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Spain-Cuba row

January 5, 2010

Madrid and Havana are at odds over Cuba's decision not to let a Spanish politician enter the country. The dispute comes as Spain calls for better relations between the island and the EU.

An EU flag next to a Cuban flag
Spain has said that it wants EU relations with Cuba to improve

Spain is demanding answers from Cuba over the country's decision to refuse entry to a European parliamentarian who flew there on holiday.

The dispute comes days after Spain took over presidency of the European Union with a controversial promise that it would try to improve relations with the Caribbean state.

Cuban authorities denied entry to Luis Yanez, a European parliamentarian for Spain's ruling Socialist Party, when he arrived by air in Havana on Monday. He and his wife Carmen Hermosin, a national parliamentarian for the same party, had travel visas to enter the country.

Although Hermosin was granted permission to enter the country, she returned with her husband to Spain.

No explanation given

A Spanish diplomatic source said Cuba offered "no explanation" for the decision. Yanez had no official agenda in the country, according to the Spanish government.

Spain's Foreign Minister Miguel Angel Moratinos speaking at a podium with flags in the background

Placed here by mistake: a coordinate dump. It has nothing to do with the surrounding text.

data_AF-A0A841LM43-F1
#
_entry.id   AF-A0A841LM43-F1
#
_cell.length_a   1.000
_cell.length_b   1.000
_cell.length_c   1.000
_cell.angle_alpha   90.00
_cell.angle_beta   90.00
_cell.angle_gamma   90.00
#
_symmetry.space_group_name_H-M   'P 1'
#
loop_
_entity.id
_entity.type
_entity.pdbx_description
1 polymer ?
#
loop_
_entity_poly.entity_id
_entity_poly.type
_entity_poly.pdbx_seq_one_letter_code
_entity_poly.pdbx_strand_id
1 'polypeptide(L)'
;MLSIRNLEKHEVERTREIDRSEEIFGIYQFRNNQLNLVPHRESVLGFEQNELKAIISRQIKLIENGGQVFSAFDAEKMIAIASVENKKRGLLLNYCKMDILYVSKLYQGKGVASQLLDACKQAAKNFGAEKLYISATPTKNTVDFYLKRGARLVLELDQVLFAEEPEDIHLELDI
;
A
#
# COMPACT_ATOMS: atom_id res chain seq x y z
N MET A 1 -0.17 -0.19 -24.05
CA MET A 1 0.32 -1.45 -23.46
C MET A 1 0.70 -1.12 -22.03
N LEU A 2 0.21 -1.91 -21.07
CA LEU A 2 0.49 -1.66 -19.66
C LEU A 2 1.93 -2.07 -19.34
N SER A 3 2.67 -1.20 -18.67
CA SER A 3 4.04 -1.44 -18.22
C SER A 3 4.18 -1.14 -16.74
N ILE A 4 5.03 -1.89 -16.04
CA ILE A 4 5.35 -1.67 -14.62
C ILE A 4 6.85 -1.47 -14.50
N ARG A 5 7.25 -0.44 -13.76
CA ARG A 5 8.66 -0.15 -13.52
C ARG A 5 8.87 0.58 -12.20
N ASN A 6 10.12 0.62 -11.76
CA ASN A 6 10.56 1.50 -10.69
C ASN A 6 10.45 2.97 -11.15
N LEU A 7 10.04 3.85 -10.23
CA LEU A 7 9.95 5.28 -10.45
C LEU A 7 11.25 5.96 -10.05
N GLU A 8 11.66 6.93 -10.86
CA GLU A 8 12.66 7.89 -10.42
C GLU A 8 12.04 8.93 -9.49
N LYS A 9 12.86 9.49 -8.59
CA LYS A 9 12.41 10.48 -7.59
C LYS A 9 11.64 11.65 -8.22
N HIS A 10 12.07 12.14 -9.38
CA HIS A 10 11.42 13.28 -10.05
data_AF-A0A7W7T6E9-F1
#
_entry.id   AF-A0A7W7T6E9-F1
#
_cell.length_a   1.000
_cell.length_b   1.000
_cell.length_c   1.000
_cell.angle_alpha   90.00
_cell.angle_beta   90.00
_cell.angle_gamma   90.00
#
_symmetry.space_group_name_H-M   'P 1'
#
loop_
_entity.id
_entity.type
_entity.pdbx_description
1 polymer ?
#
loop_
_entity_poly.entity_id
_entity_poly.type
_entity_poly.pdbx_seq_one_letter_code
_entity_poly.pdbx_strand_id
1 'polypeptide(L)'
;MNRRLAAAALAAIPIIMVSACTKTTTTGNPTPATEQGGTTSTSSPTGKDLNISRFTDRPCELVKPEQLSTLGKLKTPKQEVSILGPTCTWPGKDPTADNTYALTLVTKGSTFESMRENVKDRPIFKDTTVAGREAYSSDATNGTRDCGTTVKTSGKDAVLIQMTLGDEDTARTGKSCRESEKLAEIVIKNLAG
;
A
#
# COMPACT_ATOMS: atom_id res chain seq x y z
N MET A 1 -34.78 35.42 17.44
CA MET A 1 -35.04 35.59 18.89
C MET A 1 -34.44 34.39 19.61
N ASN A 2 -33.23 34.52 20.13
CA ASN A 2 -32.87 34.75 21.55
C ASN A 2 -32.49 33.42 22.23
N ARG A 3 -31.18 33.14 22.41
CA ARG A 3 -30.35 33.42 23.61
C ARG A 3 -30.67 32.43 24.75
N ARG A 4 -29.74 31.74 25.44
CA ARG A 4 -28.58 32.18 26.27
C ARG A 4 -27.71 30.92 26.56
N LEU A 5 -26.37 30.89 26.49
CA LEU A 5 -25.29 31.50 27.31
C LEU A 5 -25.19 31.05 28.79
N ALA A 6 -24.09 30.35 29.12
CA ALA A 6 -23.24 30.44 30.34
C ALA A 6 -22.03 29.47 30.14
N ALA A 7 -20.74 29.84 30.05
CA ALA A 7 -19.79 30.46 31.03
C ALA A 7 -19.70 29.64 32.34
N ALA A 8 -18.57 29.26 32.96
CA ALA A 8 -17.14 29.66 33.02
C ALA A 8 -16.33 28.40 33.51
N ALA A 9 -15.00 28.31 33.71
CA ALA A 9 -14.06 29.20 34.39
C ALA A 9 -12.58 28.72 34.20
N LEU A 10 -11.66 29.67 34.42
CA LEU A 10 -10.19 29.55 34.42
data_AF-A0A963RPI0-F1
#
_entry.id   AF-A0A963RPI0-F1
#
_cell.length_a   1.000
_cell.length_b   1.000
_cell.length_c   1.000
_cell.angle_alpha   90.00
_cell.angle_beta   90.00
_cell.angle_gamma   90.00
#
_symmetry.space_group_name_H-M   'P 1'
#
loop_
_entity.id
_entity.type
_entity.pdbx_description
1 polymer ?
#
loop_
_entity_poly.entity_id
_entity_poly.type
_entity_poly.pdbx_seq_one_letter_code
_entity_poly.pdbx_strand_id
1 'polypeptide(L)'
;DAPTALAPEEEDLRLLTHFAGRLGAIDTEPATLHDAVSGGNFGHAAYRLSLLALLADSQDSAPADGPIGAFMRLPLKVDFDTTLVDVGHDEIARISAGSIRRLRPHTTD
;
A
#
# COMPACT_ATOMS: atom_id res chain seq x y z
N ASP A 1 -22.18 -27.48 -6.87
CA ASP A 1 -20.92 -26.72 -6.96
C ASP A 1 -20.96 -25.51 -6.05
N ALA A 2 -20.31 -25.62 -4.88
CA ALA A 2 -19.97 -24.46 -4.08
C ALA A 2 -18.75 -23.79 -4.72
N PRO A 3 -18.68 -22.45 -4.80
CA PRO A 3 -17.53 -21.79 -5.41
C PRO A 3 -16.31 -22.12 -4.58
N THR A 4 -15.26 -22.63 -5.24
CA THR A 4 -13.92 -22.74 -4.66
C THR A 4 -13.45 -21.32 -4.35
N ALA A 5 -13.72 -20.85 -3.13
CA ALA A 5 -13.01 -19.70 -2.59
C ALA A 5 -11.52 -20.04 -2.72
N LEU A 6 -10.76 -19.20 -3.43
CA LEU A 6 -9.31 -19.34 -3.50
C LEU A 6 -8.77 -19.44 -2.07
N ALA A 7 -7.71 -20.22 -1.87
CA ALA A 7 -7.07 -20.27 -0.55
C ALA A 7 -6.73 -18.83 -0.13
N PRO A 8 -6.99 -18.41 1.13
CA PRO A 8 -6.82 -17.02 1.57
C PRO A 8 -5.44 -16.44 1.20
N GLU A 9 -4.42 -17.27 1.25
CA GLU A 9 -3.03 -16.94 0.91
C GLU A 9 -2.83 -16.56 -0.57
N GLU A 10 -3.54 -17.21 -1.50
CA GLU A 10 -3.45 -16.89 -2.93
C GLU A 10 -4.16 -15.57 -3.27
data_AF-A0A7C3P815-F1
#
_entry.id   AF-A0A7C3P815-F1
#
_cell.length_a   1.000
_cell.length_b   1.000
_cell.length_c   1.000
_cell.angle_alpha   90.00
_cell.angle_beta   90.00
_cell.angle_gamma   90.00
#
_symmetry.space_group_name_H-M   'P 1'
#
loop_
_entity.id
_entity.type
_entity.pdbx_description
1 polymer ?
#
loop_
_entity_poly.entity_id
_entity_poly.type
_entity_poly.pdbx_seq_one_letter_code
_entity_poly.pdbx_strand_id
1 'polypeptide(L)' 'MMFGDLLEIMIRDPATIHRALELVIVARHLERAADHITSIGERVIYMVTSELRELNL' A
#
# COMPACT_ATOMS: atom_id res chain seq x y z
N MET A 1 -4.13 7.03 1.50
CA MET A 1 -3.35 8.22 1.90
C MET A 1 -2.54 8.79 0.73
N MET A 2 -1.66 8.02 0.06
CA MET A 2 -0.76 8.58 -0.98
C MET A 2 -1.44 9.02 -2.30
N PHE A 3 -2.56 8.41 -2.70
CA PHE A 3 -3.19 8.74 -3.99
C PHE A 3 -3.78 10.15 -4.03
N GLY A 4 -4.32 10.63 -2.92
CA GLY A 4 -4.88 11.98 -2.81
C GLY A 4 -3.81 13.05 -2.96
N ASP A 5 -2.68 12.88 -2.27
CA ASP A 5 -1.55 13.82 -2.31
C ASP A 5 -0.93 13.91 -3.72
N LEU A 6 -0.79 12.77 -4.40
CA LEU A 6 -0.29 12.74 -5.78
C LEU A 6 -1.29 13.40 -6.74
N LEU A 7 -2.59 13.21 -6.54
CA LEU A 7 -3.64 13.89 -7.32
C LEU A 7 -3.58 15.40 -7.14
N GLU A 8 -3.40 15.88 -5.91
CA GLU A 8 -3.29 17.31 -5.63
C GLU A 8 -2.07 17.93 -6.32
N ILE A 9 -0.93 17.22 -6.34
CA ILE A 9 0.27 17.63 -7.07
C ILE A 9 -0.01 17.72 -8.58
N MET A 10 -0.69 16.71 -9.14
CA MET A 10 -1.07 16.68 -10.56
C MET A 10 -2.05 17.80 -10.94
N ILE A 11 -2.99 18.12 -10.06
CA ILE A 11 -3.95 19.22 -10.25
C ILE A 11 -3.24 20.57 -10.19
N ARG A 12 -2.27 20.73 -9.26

Spain's foreign minister said the refusal was unjustifiedImage: dpa

Spanish Foreign Minister Miguel Angel Moratinos described the refusal as "unjustified."

Spain's secretary of state for Latin America, Juan Pablo de Laiglesia, has asked the Cuban embassy in Madrid to explain the decision.

Moratinos has said that Spain, which has held the rotating presidency of the European Union since Friday, will try to normalize relations between the EU and Cuba.

Better relations sought

Madrid is seeking a new bilateral agreement on EU-Cuba ties, despite objections from Sweden and the Czech Republic as well as human rights groups from the former Spanish colony.

Yanez is the president for European delegations dealing with the Latin American trade group Mercosur and a member of Europe's parliamentary assembly for European and Latin American relations.

Despite improved relations between Brussels and Havana, the EU remains concerned about the communist government's treatment of political opponents. In August last year, Cuba summoned ambassadors from five EU countries to complain about a visit by their diplomats to prominent Cuban dissident Darsi Ferrer.

Editor: Nancy Isenson